I don’t quite believe “everyone is entitled to their own opinion”. The dictionary definition of the term is “a view or judgement formed about something, not necessarily based on fact or knowledge” which, in a sense, yes, believe what you want to believe. I suppose I do not agree with the statement when it is used to end an argument where one party is clearly wrong.
When is an “opinion” wrong? I don’t care for people’s secretly held opinions – perhaps someone is convinced that the moon is larger than the Earth, perhaps they believe a certain genre of music is better than another – as long as this opinion isn’t being forced on others or harming anyone, it’s fine. But if your opinion is that classical music is superior to all other forms of noise and decide to blast it for your entire suburb to listen to, relentlessly, without seeking the opinion or permission of others – even if the intention was pure, the action is wrong. Also, please do not teach others to believe that the moon is bigger than the Earth. Educate yourself, please.
However, things like musical preferences, the existence of God, and other types of philosophical debate do not have a “right” answer. These are topics that have been debated for thousands of years, so a difference of opinion is alright in this scenario. However, the reason does not lie in people having a personal preference for a certain belief – it is because the opinion can be argued for, and the argument cannot be refuted quite so easily.
Opinions that are based on easily refutable facts, on pseudoscience, or on faulty logic are clearly wrong. Your “opinion” does not mean you can ignore all the evidence for global warming or vaccinations. Your “opinion” is barely an opinion if it is based only on one source of information or your feelings. Your “opinion” does not have the same weight as facts, and should not be used to influence your actions – they should only lead you to search for arguments that support it and refute it. This can be done through personal research or through conversations with people with better knowledge on the subject matter. Only once you have more than one side of the story can you confidently say you have an opinion worth sharing.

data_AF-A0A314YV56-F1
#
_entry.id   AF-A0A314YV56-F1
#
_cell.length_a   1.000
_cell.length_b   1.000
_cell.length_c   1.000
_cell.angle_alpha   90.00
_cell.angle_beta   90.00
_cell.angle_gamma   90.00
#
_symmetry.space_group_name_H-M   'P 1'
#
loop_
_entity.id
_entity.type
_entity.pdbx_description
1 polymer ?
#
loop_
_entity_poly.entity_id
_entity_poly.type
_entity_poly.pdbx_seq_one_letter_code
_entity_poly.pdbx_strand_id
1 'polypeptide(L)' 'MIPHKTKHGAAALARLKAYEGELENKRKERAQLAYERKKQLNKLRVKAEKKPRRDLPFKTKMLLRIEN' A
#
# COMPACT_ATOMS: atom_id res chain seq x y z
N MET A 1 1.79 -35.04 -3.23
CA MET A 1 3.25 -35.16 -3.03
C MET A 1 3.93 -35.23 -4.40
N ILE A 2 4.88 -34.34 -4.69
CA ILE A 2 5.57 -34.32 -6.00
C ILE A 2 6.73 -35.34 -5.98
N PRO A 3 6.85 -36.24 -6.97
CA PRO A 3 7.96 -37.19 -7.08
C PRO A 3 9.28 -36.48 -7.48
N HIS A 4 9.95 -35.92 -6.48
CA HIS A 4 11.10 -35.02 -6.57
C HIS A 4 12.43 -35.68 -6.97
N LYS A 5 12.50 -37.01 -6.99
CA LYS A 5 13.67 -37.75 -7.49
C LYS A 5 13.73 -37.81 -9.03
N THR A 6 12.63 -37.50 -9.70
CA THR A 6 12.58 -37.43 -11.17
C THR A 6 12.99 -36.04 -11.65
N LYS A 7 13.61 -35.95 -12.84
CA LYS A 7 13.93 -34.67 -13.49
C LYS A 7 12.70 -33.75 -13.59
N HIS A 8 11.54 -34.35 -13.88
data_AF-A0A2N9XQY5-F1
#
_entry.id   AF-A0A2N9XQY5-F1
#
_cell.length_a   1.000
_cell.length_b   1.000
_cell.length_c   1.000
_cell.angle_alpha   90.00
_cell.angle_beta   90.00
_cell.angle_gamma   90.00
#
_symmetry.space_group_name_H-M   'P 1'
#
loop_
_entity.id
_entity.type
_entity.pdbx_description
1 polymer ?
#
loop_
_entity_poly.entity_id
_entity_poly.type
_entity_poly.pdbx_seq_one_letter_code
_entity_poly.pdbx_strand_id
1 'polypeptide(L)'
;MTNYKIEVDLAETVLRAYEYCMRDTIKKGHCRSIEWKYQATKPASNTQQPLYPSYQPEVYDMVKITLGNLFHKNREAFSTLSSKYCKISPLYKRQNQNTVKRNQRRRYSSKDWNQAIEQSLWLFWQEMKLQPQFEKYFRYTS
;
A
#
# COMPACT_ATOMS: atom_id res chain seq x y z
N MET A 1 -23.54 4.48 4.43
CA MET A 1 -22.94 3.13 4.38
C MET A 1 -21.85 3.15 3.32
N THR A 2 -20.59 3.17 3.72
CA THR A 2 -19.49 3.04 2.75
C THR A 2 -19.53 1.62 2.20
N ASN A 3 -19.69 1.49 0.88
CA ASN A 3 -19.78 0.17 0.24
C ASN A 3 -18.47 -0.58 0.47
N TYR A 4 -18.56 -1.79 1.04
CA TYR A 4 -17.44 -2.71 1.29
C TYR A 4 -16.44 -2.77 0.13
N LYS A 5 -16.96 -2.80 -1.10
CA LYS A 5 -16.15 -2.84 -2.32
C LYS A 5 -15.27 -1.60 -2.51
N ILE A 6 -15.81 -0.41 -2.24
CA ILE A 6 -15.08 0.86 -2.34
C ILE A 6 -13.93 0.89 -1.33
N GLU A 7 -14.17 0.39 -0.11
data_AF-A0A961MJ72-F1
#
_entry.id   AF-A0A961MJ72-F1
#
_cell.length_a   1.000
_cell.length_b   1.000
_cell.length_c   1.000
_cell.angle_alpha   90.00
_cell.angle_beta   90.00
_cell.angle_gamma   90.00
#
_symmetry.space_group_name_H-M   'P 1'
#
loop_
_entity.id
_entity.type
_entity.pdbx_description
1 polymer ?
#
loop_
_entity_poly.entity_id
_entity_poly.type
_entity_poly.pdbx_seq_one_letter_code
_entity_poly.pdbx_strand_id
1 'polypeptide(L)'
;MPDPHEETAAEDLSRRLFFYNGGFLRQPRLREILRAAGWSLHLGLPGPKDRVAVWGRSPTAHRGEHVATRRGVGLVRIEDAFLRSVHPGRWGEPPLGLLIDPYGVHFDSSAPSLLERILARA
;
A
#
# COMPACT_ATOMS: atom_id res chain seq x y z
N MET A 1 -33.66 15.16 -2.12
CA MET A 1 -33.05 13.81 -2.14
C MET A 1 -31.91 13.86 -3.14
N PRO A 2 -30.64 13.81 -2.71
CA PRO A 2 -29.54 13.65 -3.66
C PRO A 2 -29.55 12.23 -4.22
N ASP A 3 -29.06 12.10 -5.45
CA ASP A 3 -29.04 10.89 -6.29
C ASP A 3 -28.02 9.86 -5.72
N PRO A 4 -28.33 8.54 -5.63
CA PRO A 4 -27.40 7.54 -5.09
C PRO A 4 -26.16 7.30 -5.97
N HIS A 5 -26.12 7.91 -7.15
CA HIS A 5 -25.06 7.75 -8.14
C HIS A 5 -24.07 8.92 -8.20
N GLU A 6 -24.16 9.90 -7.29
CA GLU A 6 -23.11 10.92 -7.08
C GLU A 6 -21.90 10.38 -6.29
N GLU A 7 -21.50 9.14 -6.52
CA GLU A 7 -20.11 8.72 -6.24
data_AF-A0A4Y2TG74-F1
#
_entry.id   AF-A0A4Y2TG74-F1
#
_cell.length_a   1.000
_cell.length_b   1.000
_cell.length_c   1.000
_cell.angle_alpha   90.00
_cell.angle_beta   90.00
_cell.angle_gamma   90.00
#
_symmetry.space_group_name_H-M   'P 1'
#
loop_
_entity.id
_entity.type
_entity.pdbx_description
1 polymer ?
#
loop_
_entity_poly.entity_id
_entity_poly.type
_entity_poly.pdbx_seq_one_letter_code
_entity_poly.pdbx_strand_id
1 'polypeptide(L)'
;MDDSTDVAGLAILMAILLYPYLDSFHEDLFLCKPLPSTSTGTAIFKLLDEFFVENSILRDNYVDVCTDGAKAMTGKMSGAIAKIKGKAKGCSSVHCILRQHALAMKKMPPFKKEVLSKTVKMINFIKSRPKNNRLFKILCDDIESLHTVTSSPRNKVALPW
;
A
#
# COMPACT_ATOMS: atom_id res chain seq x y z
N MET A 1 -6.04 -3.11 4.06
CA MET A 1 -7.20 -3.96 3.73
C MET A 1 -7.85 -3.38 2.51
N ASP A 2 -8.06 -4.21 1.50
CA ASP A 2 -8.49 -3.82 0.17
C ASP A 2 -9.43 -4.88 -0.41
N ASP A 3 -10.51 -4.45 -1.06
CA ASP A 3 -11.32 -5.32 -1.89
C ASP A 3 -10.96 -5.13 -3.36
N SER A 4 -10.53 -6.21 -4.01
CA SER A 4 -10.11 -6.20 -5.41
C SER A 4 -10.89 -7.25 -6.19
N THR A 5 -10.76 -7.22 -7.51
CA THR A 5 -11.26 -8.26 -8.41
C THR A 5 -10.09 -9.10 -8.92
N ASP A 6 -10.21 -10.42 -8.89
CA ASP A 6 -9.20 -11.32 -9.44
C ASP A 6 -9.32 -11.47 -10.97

I say this for both popular and unpopular opinions.
Look at your opinions skeptically. Why do you have this opinion? Why do others disagree with it? What about it is so un/appealing to certain groups? Why should this opinion be a part of my person?
Being able to answer these questions should at least dispel some of the backlash you get for holding an unpopular opinion.
Even in science there needs to remain a sense of skepticism. Commonly believed scientific opinions can be proven wrong with advancements in our knowledge and technology. The model of the atom, which we learnt to be some pudding model or other in high school, was completely changed to the quantum physics model in university. People did not believe the lymphatic system went anywhere near the brain, but we recently discovered that it actually passes through the brain. Once the facts change, the opinions should change along with it. Stubbornly held beliefs and ostentatiously flaunted opinions do not become correct just because you believe in it.
Are we entitled to our own opinions? Probably, yes, in a society free from thought police. But if you want to share those opinions with others, get ready to be challenged. You are not entitled to voice your opinion unquestioned, and “everyone’s entitled to their own opinion” is not a strong enough defense for your position on your high horse.